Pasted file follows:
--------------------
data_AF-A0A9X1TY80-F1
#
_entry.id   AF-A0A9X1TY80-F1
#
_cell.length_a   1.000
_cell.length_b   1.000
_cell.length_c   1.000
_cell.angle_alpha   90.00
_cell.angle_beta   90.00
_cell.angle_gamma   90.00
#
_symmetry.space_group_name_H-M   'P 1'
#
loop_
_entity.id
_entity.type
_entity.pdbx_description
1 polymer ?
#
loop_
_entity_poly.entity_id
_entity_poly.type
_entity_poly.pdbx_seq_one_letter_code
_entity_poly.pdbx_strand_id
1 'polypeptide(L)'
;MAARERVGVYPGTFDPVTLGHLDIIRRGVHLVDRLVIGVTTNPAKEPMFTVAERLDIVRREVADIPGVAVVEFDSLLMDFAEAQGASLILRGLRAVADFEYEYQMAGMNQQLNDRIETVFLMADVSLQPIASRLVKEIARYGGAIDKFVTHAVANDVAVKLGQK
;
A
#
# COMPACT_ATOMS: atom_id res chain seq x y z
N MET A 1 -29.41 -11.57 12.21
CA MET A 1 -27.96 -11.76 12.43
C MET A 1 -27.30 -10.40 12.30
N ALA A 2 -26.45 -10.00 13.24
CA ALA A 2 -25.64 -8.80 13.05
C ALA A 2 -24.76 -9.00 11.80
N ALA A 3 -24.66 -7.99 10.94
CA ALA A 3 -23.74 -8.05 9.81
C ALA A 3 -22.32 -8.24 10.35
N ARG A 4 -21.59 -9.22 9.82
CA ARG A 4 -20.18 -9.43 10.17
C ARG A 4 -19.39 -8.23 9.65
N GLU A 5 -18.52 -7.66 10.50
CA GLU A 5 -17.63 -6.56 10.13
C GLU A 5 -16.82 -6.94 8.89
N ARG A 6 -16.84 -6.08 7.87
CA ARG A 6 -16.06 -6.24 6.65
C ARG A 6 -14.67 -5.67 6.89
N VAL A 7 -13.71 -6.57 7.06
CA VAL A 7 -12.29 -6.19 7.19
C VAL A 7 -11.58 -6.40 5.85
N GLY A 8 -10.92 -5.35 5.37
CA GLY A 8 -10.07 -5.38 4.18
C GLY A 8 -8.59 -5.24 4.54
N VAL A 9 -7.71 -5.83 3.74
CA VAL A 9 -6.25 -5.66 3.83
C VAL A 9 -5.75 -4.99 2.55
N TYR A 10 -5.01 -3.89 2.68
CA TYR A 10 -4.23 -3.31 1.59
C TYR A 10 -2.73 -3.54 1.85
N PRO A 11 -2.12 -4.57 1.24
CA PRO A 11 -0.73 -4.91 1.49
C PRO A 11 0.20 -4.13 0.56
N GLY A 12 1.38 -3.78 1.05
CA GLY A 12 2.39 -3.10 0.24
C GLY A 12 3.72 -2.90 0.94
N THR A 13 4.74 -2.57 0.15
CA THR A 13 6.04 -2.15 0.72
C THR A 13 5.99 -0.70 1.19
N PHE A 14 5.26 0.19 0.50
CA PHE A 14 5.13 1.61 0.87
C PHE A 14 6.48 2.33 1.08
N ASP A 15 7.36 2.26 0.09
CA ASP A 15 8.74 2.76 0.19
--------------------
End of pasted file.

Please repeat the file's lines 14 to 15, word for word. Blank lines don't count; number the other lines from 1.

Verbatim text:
loop_
_entity.id